The Fellowship of Mennonite Churches in Taiwan (f. 1962) emerged from medical and relief projects carried out among Taiwan aborigines from 1948 (notably Hualian's Mennonite Christian Hospital, f. 1954). In 2004, it claimed 1658 adherents, concentrated in three major urban areas. [3]

Latter Day Saints movement

The Church of Jesus Christ of Latter-day Saints

In 1956, four Mormon missionaries for The Church of Jesus Christ of Latter-day Saints arrived in Taiwan, and reportedly attracted 50 converts. Chapels were built in Taipei and Kaohsiung in 1960. Church president Spencer W. Kimball visited Taiwan in 1975 and 1980. Gordon B. Hinckley dedicated the Taipei Taiwan Temple in 1984. The number of LDS Mormons is estimated at around 56,000.[4]

The Community of Christ

The Community of Christ (formerly known as the Reorganized Church of Jesus Christ of Latter Day Saints) has had a church in Taipei since the mid-1970s.

Unification Church

Moon Sun Myung, founder of the Holy Spirit Association for the Unification of World Christianity, apparently visited Taiwan in 1965. A missionary was sent in 1967. The church received government recognition in 1971,[5] only to be banned in 1975, then finally permitted again in 1990. [6]

Orthodoxy

Main article: Orthodox Christianity in Taiwan

The history of Orthodox Christianity in Taiwan can be divided into three distinct phases. The first corresponds to the period of Japanese rule (1895-1945), when the first believers arrived on the island from Japan, and petitioned St. Nicholas of Japan to send them a priest. A Taiwan parish, named for Christ the Savior, was created in 1901.

The second period begins in 1949, with the arrival of some 5000 Russian emigres fleeing the Chinese Civil War. A House Church of St. John the Baptist was organized, and visited by various Orthodox dignitaries. At its height, this community numbered one or two hundred believers, and grew inactive by the 1970s. Sources differ as to whether these Russian believers had any contact with their Japanese coreligionists from the earlier period.

The third period begins in 2000, with the arrival of Fr. Jonah (Mourtos) to the island as a missionary priest under the Orthodox Metropolitanate of Hong Kong and Southeast Asia (itself under the Ecumenical Patriarch). Fr. Jonah established Taipei's Holy Trinity Orthodox Church, which formally registered with the government in 2003. Its congregation--a mixture of Russians and East Europeans, as well as Chinese and Western converts--numbers about 30 (rising to more than 100 at Christmas and Easter).

In 2012, the Moscow Patriarchate, apparently in response to petitions from local Russians, "reactivated" the 1901 parish, and established (in Taipei) the Church of the Elevation of the Cross, with Fr. Kirill (Shkarbul) as its first priest. OMHKSEA Bishop Nektarios (Tsilis) of Hong Kong responded by objecting to what he sees as an uncanonical attempt to extend the territory of Moscow beyond its canonical jurisdiction, and by excommunicating Fr. Kirill and a parishioner. (The Moscow-affiliated church has not reciprocated.)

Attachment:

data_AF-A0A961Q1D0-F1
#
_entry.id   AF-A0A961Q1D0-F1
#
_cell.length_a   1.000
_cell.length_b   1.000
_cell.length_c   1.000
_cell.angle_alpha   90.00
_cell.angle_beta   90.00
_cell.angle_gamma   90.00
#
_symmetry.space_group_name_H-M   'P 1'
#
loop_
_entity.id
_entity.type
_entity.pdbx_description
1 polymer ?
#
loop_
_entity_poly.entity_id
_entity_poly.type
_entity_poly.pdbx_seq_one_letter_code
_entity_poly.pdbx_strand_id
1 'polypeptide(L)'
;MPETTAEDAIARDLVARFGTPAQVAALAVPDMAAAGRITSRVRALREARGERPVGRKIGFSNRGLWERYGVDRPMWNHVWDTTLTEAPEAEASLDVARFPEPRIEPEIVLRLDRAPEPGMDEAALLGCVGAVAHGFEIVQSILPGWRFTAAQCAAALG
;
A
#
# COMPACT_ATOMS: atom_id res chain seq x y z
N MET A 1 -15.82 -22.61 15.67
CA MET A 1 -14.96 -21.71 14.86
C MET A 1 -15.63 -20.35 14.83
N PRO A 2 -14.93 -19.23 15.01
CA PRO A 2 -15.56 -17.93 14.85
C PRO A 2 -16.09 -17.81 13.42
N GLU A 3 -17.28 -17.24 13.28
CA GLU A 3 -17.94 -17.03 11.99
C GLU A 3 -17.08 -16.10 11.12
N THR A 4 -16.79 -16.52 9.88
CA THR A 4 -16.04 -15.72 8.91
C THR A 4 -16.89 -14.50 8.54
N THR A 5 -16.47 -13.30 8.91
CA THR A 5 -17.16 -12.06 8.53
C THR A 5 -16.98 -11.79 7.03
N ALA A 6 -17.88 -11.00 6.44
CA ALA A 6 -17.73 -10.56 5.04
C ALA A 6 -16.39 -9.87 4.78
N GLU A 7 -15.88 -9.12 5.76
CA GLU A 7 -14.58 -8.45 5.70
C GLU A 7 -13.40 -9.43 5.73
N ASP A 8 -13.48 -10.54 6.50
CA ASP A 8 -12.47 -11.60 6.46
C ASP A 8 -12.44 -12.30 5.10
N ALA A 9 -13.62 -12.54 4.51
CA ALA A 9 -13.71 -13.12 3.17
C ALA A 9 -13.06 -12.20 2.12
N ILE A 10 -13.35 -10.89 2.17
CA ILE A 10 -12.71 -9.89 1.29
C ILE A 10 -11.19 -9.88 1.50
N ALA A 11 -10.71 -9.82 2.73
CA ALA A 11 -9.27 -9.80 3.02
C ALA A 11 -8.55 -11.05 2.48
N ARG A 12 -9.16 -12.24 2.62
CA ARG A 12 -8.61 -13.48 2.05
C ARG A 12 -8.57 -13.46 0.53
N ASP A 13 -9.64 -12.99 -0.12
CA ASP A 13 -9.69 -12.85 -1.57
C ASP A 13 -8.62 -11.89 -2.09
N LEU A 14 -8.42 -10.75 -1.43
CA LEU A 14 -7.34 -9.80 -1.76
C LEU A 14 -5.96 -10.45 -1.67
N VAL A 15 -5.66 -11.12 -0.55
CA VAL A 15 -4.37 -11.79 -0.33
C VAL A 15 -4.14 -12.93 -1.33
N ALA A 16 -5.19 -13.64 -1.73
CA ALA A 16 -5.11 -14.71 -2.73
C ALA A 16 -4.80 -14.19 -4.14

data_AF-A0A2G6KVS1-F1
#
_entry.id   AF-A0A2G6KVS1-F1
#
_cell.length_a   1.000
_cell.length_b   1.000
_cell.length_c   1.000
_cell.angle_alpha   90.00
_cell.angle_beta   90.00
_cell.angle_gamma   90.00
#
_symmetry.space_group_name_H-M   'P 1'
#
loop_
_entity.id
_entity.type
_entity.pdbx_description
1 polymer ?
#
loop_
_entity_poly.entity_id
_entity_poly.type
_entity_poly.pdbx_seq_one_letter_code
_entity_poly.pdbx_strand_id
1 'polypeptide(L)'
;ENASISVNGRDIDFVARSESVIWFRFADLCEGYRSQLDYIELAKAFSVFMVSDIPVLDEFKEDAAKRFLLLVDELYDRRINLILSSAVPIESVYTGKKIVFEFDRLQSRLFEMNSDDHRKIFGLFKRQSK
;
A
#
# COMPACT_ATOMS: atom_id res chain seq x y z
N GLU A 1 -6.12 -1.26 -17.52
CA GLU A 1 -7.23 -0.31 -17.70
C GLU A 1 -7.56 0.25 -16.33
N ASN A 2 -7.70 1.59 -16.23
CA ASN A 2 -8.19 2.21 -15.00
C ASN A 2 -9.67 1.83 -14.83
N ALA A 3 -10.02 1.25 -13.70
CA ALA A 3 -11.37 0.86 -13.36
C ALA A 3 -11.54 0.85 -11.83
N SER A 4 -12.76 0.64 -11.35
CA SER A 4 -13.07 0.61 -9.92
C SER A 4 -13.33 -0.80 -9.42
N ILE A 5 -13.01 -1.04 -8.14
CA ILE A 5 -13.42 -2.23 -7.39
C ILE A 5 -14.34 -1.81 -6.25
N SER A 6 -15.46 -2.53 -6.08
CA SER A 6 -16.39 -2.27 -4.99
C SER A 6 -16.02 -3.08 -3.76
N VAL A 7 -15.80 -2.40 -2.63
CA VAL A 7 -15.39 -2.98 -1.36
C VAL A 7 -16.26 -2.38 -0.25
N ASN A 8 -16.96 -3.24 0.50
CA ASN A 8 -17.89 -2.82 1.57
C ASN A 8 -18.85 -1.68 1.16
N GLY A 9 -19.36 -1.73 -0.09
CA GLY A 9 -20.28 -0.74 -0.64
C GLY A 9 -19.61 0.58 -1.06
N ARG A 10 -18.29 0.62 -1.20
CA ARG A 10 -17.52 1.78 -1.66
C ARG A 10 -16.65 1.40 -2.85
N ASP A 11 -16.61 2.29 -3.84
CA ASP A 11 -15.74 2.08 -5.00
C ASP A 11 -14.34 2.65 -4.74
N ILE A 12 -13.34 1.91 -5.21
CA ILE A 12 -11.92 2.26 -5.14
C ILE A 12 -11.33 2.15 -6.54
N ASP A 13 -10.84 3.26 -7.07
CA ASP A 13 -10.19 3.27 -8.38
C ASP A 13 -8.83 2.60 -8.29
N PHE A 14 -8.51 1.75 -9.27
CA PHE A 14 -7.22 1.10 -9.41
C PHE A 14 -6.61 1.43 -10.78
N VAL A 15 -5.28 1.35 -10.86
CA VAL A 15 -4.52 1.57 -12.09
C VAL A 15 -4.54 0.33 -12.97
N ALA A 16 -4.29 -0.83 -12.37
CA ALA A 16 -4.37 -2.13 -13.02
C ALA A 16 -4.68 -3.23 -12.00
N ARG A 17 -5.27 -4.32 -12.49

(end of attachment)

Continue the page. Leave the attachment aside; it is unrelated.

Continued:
Christian educational institutions in Taiwan

Grade Schools

Morrison Academy (f. 1952), non-denominational Protestant

Dominican International School (f. 1957), Catholic / Dominican

Universities

Aletheia University (f. 1882), Presbyterian

Fu Jen Catholic University (f. 1952), Catholic / Jesuit

Chung Yuan Christian University (f. 1953), non-denominational Protestant

Tunghai University (f. 1955), Methodist

Christ's College (Taiwan) (f. 1959), non-denominational Protestant

St. Johns University (f. ??), originally Episcopalian

Wenzao Ursuline College of Languages (f. 1966), Catholic / Ursuline

Chang Jung Christian University (f. 1993), Presbyterian

Seminaries

Taiwan Theological College and Seminary (f. 1872/1882), Presbyterian

Tainan Theological College and Seminary (f. 1876), Presbyterian

Taiwan Bible Institute (later Yu-Shan Theological College and Seminary, f. 1946), Presbyterian

Taiwan Baptist Theological Seminary (later Taiwan Baptist Christian Seminary, f. 1952)

Asia Baptist Graduate Theological Seminary (f. 1959)

China Lutheran Seminary (f. 1966)

China Evangelical Seminary (f. 1970?)

Central Taiwan Theological College and Seminary

Taiwan Nazarene Theological College

Taosheng Theological Seminary

China Reformed Theological Seminary (f. 1990)

Holy Light Seminary (), Free Methodist


Taiwan Catholic Regional Seminary (f. 1994, as a union of Pius Seminary, f. 1962, and St. Thomas Major Seminary, f. 1965)

St. Stanislaus Minor Seminary

St. Francis Xavier Minor Seminary

Sacred Heart Minor Seminary

St. Joseph Minor Seminary

References

  1. ^ CIA.gov
  2. ^ http://www.cmalliance.org/field/taiwan
  3. ^ http://www.mennonitemission.net/OurWork/Partners/Pages/FellowshipofMennoniteChurchesinTaiwan.aspx
  4. ^ "Facts and Statistics: Taiwan". Newsrooms: The official resource for news media, opinion leaders and the public. The Church of Jesus Christ of Latter-day Saints. Retrieved 4 August 2014. 
  5. ^ http://taiwanpedia.culture.tw/en/fprint?ID=4264
  6. ^ http://www.tparents.org/library/unification/talks/yong/Yong-111000.htm